This post is part of the Science Tuesday feature series on the USDA blog. Check back each week as we showcase stories and news from USDA's rich science and research profile.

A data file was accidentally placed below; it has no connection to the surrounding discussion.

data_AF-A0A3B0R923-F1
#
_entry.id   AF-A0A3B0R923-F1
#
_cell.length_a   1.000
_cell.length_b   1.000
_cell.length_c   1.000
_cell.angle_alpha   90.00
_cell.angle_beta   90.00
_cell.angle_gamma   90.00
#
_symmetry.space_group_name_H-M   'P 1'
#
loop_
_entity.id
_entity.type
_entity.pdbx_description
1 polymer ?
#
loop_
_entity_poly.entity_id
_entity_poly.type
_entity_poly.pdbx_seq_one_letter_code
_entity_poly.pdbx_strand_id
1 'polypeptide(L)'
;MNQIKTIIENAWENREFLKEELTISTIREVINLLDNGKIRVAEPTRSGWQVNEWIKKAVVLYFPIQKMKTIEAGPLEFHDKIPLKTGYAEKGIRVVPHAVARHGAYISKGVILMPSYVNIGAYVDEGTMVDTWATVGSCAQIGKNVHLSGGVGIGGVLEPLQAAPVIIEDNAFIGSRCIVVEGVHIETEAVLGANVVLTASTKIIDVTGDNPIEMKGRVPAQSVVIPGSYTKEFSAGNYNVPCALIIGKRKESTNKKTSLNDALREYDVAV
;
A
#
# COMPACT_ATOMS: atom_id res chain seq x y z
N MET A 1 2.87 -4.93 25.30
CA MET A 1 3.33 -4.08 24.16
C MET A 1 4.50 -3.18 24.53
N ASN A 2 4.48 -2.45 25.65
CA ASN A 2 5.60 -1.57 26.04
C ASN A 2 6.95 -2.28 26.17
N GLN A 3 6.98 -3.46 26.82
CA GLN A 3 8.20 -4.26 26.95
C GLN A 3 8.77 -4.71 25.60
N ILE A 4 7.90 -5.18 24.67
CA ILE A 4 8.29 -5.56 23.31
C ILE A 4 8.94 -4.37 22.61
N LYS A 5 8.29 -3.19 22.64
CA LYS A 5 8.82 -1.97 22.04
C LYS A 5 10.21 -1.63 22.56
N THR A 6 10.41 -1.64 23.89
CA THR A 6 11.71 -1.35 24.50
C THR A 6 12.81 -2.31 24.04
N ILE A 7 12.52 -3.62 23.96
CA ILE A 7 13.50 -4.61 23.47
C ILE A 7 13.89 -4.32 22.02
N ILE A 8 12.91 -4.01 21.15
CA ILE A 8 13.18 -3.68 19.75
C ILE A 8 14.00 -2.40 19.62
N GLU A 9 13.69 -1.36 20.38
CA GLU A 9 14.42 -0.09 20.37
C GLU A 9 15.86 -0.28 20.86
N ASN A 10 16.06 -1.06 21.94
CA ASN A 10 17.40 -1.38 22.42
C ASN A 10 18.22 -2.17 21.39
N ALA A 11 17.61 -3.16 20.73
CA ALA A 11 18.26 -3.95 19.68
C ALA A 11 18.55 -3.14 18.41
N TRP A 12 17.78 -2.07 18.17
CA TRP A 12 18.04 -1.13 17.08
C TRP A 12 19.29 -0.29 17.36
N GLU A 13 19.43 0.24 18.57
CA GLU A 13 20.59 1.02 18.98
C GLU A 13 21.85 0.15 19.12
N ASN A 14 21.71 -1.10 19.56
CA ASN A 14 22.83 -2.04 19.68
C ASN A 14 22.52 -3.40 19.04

Over the past decade, we’ve seen a lot of variability in the weather, with severe droughts in some places, excessive flooding in others, and more extreme weather events all over the country. While there has always been variability in the weather, scientists predict increasing variability in weather patterns as the concentration of greenhouse gases (GHG) increases in the atmosphere. Such changes present challenges for farmers, who, in many areas, are trying to grow crops under hotter, drier climate regimes and must protect their crops from damage during extreme weather events. That’s why the USDA is actively doing research on how to produce crops and livestock through increasing climate variability, and that’s why the fourth in a series of Office of the Chief Scientist white papers on the Department’s research portfolio is focused on what USDA science is doing to help prepare the agency, and the nation’s farmers for a changing climate.